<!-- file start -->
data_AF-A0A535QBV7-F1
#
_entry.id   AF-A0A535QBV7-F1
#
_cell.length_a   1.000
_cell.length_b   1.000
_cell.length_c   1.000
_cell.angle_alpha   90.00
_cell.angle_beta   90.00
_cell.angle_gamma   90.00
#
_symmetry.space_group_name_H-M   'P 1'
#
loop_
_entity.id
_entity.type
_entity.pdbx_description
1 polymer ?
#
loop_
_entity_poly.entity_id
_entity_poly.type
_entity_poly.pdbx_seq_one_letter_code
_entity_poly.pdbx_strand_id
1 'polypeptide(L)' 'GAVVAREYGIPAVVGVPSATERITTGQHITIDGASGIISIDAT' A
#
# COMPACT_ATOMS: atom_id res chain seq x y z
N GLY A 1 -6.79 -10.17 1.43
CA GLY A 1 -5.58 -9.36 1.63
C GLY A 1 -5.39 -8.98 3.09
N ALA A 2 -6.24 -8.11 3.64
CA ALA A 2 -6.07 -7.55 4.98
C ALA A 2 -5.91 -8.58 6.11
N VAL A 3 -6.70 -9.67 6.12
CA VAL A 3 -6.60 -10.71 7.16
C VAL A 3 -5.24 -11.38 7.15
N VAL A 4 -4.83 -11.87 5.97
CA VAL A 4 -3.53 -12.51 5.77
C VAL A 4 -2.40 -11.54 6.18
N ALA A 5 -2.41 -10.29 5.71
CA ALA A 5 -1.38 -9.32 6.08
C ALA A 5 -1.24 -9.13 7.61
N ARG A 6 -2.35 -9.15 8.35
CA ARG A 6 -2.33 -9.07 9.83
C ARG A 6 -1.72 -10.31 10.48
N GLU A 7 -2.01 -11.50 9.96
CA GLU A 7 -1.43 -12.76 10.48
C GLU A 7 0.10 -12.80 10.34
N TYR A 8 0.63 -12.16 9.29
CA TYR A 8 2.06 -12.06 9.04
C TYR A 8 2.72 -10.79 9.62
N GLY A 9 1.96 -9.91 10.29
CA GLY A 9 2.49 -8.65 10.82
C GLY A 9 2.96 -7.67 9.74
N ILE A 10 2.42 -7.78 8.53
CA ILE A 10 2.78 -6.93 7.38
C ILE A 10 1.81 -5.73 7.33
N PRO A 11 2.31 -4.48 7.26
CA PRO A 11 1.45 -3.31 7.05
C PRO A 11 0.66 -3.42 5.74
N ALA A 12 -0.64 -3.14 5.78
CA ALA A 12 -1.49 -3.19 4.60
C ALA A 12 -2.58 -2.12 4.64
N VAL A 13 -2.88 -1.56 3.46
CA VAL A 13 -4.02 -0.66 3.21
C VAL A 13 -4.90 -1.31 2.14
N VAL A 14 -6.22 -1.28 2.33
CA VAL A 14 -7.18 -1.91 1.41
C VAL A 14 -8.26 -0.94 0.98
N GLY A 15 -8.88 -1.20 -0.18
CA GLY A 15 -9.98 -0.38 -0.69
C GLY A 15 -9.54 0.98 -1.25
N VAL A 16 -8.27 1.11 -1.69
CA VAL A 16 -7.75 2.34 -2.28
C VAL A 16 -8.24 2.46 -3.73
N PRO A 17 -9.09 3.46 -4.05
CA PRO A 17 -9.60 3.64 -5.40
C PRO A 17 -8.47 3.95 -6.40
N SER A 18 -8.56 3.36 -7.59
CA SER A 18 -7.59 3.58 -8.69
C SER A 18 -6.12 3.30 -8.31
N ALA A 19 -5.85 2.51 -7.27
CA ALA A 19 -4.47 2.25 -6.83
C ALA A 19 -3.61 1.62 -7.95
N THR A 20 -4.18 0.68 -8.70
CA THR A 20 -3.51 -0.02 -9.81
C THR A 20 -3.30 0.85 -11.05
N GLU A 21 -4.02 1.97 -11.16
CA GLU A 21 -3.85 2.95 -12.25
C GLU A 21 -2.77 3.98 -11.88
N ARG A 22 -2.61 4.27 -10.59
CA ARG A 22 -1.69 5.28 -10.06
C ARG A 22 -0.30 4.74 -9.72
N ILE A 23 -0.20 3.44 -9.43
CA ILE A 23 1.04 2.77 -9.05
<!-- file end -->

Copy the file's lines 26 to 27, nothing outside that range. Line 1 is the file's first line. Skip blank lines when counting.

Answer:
#
# COMPACT_ATOMS: atom_id res chain seq x y z